Separating the human and natural influences on the climate is a tough task. On the other hand, because it is exciting, scientists around the world are working on it every day. One of the most active questions scientists are trying to answer right now is, how much excess energy is the Earth gaining? Quantifying this excess energy and where it ends up, often called balancing the Earth’s energy budget, is crucial for understanding the future of the planet.
There are a variety of ways to measure how much extra energy the Earth is absorbing. First, scientists can measure increases in the energy of oceans, melting of ice, and changes in heat; they can use satellites with sensors to make measurements of the net inflow, or they specify all of the inputs from the sun and how it is modulated by pollution and effects of volcanic eruptions and estimate the energy using climate models.
It is clear, from all of these measurement methods that the Earth is gaining heat. But, how is this energy imbalance impacted by greenhouse gases, changes to the sun’s output, natural climatic fluctuations such as El Niño, or increases in particulates in the atmosphere that reflect sunlight?
Scientists Kevin Trenberth, John Fasullo, and Magdalena Balmaseda studied just these questions. While the details are a bit complicated, the essentials are pretty easy to understand. In their paper Earth’s Energy Balance, they asked some straightforward questions. Can we monitor the energy imbalance with direct measurements? Can we track where the energy goes?
First, they used a powerful tool called ocean reanalysis to tie together real-world measurements with climate models. Calculations of the net energy balance were compared with satellite measurements and with simulations from computer climate model calculations.
They found that there are significant month-to-month variations in the Earth energy balance associated with weather patterns and longer cycles associated with ocean fluctuations. Additionally, changes to sun output account for up to about 15% of the recent climate change we’ve seen. They also found that a comparison of Earth energy imbalances from satellites at times differ from estimates obtained from ocean heating, particularly during 2008-2009. The discrepancy is best illustrated by quoting the article, which states,
“Temperatures were below normal globally and January 2008 was the coldest month relative to normal this century. This led to lower outgoing energy but was accompanied by an increase in absorbed energy, as clouds decreased in amount, leaving a pronounced heating of the planet for about a year during 2008-2009. Moreover, as shown above, ocean temperatures for the upper 700 meters from 2005-2008 suggested a substantial slowing of the increase in ocean heat content precisely during the time when satellite estimates depict an increase in planetary energy imbalance, compounding the difficulty. So, where did the heat go?”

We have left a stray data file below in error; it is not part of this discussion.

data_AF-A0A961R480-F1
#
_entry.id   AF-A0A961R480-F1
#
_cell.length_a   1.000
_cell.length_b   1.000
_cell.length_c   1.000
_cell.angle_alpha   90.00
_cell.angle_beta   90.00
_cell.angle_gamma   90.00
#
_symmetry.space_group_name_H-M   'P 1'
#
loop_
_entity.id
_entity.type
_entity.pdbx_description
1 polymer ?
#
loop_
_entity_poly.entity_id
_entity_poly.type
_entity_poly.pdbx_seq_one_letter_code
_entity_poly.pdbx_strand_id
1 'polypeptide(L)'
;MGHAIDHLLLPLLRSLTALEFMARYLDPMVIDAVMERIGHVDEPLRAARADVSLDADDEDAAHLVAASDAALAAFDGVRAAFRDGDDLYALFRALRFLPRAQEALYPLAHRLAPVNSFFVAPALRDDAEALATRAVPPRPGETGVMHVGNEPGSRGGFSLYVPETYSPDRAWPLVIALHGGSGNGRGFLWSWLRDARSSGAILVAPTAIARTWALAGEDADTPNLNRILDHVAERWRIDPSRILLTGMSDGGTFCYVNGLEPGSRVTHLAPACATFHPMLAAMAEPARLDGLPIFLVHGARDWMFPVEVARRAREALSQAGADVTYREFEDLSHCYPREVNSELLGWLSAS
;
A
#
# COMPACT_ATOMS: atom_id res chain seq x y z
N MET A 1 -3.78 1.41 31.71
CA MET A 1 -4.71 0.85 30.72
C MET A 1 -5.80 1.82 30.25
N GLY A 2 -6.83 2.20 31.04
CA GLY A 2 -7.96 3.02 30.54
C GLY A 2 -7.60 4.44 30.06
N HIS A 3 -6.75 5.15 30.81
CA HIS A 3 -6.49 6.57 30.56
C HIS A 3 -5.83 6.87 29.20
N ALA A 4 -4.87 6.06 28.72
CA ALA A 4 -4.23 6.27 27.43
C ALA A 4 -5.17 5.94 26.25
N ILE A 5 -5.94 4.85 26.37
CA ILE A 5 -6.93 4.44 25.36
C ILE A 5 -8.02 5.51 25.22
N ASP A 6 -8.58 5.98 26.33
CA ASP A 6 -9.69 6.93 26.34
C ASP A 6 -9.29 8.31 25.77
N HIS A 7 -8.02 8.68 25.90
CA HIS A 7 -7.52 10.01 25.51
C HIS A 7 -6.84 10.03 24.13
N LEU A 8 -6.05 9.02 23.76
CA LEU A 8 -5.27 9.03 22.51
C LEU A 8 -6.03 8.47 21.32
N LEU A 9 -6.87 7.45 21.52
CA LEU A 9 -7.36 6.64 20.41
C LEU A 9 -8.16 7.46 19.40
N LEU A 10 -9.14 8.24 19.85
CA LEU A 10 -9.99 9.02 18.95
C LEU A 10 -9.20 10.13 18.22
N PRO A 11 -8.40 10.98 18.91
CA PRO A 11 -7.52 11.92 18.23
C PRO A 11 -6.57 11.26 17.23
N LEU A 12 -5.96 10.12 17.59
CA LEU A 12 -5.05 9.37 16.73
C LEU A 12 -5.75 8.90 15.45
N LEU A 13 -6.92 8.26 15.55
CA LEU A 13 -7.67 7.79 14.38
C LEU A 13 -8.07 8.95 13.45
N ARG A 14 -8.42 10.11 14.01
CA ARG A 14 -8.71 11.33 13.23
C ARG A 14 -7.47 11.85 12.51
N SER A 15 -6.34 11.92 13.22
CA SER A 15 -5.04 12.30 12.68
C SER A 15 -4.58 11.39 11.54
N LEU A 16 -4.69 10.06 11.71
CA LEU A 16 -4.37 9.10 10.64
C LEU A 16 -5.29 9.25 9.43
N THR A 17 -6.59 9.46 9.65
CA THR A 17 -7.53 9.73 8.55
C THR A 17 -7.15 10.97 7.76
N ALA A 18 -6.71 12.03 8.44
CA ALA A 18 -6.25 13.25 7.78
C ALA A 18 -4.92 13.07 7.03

Some of the heat has been accounted for by including energy needed to melt global ice, improvements to satellite and ocean measurements, and including deeper parts of the ocean and the arctic regions, particularly the arctic oceans. However, the books are still not balanced.
What do I think? Well first, the fact that ocean temperatures are increasing and sea level is still rising means that the climate is still warming. There has been no halt or pause. My own research in ocean heat content tells me that. Has the heating of oceans slowed? Perhaps – but perhaps not. My view is the accuracy of the measurements, and a recent uptick in ocean heating, particularly for the upper 2,000 meters will bring us closer to “closing the books” and accounting for all of the energy.
We also have to learn more about what the very deep ocean is doing – we know heat is going there. Of particular importance is the lack of reliable information on Arctic Ocean warming. Finally, I think that volcanic and human-emitted particulates that have risen since about 2000 are reflecting more sunlight than previously thought. Considering these effects helps in the overall accounting and will be the subject of a future post.
This complex topic clearly involves many different kinds of experts: satellite sensing, radiation, atmospheric, aerosols, clouds, oceans, sea ice, glaciers, climate modeling… and then special generalists to tie everything together and nudge the topic experts to do even better.
The writer is a Professor of Thermal Sciences where he researches in climate monitoring and renewable energy generation for the developing world. He writes for the Guardian.